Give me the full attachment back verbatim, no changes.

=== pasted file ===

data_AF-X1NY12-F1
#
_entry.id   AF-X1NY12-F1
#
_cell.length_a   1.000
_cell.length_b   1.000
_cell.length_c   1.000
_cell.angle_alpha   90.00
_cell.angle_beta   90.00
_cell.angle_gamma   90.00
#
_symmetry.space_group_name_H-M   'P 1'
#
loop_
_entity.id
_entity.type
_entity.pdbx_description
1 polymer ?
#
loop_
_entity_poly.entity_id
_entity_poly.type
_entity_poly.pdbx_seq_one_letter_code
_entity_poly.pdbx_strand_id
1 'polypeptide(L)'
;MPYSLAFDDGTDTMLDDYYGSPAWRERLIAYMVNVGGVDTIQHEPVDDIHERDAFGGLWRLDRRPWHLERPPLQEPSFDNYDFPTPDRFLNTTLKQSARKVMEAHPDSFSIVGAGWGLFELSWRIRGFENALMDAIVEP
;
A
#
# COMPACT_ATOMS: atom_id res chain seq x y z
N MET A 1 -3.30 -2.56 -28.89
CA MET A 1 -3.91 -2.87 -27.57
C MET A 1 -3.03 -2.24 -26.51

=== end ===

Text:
data_AF-X1NY12-F1
#
_entry.id   AF-X1NY12-F1
#
_cell.length_a   1.000
_cell.length_b   1.000
_cell.length_c   1.000
_cell.angle_alpha   90.00
_cell.angle_beta   90.00
_cell.angle_gamma   90.00
#
_symmetry.space_group_name_H-M   'P 1'
#
loop_
_entity.id
_entity.type
_entity.pdbx_description
1 polymer ?
#
loop_
_entity_poly.entity_id
_entity_poly.type
_entity_poly.pdbx_seq_one_letter_code
_entity_poly.pdbx_strand_id
1 'polypeptide(L)'
;MPYSLAFDDGTDTMLDDYYGSPAWRERLIAYMVNVGGVDTIQHEPVDDIHERDAFGGLWRLDRRPWHLERPPLQEPSFDNYDFPTPDRFLNTTLKQSARKVMEAHPDSFSIVGAGWGLFELSWRIRGFENALMDAIVEP
;
A
#
# COMPACT_ATOMS: atom_id res chain seq x y z
N MET A 1 -3.30 -2.56 -28.89
CA MET A 1 -3.91 -2.87 -27.57
C MET A 1 -3.03 -2.24 -26.51